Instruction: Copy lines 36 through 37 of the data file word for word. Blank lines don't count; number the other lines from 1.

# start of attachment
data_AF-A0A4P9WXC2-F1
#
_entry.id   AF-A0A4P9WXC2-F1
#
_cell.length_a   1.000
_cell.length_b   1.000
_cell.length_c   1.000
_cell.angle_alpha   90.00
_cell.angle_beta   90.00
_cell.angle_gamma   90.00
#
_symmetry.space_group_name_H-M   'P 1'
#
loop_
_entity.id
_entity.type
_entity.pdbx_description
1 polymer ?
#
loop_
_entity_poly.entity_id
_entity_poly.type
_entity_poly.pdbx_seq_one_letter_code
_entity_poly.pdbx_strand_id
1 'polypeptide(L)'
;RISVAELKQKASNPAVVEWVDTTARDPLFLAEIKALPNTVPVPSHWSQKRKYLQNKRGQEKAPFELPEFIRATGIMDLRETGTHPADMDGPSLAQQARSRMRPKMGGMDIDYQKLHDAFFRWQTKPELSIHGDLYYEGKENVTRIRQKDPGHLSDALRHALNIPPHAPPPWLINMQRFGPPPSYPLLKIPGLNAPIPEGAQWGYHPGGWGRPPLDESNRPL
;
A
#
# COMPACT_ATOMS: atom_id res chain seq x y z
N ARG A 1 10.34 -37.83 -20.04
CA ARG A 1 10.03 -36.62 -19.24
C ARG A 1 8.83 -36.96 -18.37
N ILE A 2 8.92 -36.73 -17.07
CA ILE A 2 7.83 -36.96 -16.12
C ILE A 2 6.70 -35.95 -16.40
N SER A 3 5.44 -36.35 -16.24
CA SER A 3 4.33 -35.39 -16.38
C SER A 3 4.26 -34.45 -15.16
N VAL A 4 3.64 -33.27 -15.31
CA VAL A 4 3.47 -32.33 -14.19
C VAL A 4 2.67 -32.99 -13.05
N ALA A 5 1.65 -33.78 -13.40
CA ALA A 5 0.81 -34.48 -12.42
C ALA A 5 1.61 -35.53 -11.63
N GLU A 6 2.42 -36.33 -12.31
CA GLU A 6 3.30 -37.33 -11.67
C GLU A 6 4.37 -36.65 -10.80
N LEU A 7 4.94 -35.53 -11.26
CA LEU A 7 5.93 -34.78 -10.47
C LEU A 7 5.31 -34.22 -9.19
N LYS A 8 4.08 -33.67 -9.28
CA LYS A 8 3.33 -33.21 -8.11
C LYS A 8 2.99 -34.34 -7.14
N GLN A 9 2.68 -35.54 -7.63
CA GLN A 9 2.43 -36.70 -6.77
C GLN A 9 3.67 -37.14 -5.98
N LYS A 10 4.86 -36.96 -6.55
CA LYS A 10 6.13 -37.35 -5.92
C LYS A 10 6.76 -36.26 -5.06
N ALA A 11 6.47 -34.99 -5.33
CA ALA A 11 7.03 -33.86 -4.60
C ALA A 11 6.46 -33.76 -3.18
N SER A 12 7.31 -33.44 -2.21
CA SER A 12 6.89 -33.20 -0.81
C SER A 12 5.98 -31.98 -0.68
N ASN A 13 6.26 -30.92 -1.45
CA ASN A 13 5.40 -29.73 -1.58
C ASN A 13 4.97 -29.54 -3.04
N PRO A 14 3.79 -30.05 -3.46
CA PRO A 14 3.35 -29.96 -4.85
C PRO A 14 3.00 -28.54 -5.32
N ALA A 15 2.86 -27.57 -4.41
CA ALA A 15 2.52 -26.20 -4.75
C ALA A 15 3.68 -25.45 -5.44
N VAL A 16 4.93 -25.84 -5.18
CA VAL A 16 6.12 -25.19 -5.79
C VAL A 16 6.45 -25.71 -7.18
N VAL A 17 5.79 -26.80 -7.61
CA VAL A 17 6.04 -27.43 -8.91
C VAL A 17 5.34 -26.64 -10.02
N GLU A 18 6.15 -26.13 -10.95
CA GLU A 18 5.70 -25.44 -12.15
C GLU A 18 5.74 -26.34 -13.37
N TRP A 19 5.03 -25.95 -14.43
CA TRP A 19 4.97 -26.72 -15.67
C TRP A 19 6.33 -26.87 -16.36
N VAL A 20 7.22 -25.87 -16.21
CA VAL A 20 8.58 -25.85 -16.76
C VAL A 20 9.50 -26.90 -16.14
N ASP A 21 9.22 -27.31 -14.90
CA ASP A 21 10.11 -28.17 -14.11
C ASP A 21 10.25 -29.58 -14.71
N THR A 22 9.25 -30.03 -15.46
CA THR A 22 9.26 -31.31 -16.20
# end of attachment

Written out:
C ILE A 2 6.70 -35.95 -16.40
N SER A 3 5.44 -36.35 -16.24